We are just getting our feet back under us after our trip to Cincinnati. It was a very long trip there and back, but Ian did great. We were delayed in Chicago for several hours, so our layover there was very long and we didn’t get settled into our hotel until 2:30 am and even then Ian was up throughout the night because of being overtired and not being in his own room, I think.
The next morning we were off to Cincinnati Children’s Hospital for our appointment with Dr. Filipovich. It was another long day, we were at the hospital for 5 hours. Dr. Filipovich really took time to talk with us and asked us a number of questions, in addition to the extensive medical history we had already given to the nurse. She said that she has been treating HLH and doing Bone Marrow Transplants for HLH patients for 35 years. She explained that HLH is a disease that causes a lot of inflammation in the body, and that she believes that this pre-existing inflammation that is smoldering in HLH patients is what causes the increased mortality rates (as high as 30%) for HLH patients who receive the Myeloablative Conditioning.
The drugs used with the Reduced Intensity Conditioning are different and do not seem to have the same effect on HLH patients. She stressed that she was talking specifically about HLH, and not Leukemia, that these results are peculiar to HLH alone. She also explained that Ian being in a stable remission and having a sibling donor who can donate marrow makes him an ideal candidate for the Reduced Intensity Conditioning.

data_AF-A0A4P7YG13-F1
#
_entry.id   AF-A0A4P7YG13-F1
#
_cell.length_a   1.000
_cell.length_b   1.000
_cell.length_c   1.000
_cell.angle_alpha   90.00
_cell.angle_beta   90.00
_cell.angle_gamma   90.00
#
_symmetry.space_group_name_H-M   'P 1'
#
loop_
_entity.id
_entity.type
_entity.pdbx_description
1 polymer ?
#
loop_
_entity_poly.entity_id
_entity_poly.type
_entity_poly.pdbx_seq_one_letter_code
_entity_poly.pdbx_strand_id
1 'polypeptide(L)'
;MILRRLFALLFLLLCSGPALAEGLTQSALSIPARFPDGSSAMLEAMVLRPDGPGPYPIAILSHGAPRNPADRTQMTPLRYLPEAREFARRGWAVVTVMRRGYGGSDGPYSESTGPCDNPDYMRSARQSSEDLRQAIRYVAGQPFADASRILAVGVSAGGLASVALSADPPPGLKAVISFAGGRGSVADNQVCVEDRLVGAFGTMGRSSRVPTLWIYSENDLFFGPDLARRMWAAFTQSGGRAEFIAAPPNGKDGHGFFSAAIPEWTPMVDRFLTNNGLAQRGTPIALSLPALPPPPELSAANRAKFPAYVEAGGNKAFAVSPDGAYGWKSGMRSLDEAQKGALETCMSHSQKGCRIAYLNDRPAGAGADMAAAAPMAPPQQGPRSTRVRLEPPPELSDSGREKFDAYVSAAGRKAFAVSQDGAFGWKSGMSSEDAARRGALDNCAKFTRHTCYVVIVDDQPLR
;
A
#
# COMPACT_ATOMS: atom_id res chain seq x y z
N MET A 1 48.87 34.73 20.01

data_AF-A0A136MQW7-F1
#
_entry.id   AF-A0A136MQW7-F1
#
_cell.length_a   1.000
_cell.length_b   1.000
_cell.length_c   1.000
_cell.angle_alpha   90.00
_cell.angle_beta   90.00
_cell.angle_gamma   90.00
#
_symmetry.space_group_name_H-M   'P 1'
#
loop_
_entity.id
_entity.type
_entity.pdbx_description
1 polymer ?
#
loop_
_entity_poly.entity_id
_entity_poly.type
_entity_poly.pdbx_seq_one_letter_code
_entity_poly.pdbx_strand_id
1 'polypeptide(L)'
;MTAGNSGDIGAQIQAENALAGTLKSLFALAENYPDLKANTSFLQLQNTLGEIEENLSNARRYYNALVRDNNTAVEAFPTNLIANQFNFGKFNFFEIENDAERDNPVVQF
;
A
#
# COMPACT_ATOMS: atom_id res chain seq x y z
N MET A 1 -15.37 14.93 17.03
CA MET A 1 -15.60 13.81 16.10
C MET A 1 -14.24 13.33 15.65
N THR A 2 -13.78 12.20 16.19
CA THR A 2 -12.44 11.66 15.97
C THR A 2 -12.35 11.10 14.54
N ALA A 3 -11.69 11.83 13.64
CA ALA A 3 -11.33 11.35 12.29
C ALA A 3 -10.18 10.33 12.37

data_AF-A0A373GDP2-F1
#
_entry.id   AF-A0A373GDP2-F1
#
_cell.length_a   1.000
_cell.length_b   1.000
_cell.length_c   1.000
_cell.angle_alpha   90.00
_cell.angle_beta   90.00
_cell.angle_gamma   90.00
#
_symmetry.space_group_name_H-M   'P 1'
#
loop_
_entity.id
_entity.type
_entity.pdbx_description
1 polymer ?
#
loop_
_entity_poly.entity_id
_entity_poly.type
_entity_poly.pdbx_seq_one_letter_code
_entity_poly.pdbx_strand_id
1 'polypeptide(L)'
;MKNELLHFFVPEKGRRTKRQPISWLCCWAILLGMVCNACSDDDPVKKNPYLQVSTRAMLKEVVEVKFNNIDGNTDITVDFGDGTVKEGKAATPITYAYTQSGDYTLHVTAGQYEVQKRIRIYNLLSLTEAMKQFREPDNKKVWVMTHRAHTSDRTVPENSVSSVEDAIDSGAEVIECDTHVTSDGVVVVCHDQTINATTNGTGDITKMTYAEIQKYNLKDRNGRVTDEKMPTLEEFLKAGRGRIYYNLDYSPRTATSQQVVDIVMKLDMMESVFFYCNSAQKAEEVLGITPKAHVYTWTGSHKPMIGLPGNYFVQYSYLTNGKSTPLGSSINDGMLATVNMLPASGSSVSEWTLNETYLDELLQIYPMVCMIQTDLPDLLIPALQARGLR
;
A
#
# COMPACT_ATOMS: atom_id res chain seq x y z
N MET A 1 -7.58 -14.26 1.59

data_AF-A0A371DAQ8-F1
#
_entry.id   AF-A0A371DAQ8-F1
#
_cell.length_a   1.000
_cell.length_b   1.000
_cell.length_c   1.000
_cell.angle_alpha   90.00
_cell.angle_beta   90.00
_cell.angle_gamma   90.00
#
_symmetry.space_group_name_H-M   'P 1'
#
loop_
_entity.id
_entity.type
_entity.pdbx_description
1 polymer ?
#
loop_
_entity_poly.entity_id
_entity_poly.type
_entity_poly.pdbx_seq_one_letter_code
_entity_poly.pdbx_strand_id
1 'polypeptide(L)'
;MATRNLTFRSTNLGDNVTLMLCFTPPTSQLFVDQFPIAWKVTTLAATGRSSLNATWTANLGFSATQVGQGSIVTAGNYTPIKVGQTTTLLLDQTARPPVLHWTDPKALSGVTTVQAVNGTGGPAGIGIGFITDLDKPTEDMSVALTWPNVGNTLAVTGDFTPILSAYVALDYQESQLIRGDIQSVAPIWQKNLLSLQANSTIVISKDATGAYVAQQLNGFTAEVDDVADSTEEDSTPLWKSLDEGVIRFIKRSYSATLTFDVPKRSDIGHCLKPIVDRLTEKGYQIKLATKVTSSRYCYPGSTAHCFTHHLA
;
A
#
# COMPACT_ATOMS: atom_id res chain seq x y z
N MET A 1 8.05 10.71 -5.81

She said that she would repeat some blood tests on Ian to look at immune function and also have these same tests done on Caid, to be sure that he was a good donor. They would expect Ian’s tests to be abnormal and Caid’s to be normal, since Ian has HLH and we hope that Caid does not. In order for the bone marrow transplant to cure Ian, his diseased immune system needs to be replaced by Caid’s healthy system. (CHOC had already run these tests and they have come back with normal function for Caid.)
I also hope that we can do these tests for Henry to give us clues about whether he might be affected by HLH or not. She also spoke well of Dr. Neudorf, the head of Bone Marrow Transplant at CHOC, who she had trained a number of years ago, and from the beginning, we liked that Dr. Neudorf had a professional relationship with her.
Dr. Filipovich also asked if we would be willing to give some of Ian’s blood for their research on HLH, since he has HLH, but the mutation is not carried on any of the genes they currently know about.